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The Smart Techie was renamed Siliconindia India Edition starting Feb 2012 to continue the nearly two decade track record of excellence of our US edition.

April - 2006 - issue > In My Opinion

Creative companies innovate by incorporating exploration

Krishna Bharat
Friday, March 31, 2006
Krishna Bharat
Watching young children at play can be fascinating. When my kids were little and were first learning to play with Lego blocks, I would see them do everything physically possible with those pieces of plastic. Besides forming towers and houses as we were hoping they would, they lined them up to form roads, used them as projectiles, filled the blocks with water, and much more. As a parent one is anxious to see progress and it is tempting to guide the child to the one correct application of Legos, but every book on parenting will tell you that's a mistake. Children love to explore and sharpen their creativity in the process. In a sense they are true scientists, operating purely on curiosity, figuring out how the world works one conceptual Lego block at a time.

Adults have little opportunity for curiosity-guided exploration, especially in the workplace. Employers who value schedules over serendipity and adherence to process over creative freedom are largely to blame. We, at Google, see things differently and decided to make creative exploration a cardinal virtue at work. In part this was due to our somewhat unconventional evolution. Most companies evolve top down from a business plan. Google, on the other hand, evolved from a graduate student project at Stanford, almost accidentally.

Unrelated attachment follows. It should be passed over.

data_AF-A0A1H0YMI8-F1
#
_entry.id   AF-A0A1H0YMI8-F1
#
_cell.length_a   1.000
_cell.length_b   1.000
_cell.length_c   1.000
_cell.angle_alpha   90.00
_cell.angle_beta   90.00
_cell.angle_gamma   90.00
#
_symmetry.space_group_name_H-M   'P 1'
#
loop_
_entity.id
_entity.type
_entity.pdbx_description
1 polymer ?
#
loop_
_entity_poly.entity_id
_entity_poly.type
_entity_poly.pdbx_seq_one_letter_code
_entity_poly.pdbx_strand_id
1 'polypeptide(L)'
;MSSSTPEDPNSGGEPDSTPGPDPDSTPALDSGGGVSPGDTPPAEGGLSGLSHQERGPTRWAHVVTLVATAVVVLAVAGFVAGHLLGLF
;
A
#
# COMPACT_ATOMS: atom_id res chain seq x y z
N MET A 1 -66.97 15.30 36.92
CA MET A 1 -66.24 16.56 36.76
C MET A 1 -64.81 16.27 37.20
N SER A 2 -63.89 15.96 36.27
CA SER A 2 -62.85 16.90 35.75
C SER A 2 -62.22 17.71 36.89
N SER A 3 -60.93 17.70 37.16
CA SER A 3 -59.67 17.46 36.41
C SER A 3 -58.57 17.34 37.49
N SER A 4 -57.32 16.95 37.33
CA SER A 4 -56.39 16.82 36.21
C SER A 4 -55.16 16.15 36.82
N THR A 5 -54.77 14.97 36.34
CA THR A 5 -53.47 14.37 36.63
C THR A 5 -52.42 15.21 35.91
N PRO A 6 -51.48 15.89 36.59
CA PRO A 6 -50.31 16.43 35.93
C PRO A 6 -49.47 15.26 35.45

Our founders, Larry Page and Sergey Brin, had no plans of starting a company when they began looking at the web as a domain for research. Instead they had a deep desire to understand what the linkage between web pages could teach them about the quality of authorship. Each link, they felt, was like an endorsement from one author to another.

Then came the big leap of imagination. What if you looked at 100 million pages and all of their outbound links - you might then discover perhaps a billion endorsements between authors. Could you build a mathematical model that unified all those observations and use it to measure the value of every page on the web? This became known as Pagerank, a web-scale mathematical computation for ranking, and a fundamental component of Google's ranking ever since.

Interesting though the insight was, Larry and Sergey were not ready to accept it as credible technology until it could be proven in practice. Thus, Google was born, a full-fledged search engine. Most research at universities is aimed at generating academic papers. Inventors, on the other hand, care less about recognition and more about seeing their ideas work for real. There is great joy in translating an idea into practice as any enterprising toddler can tell you.

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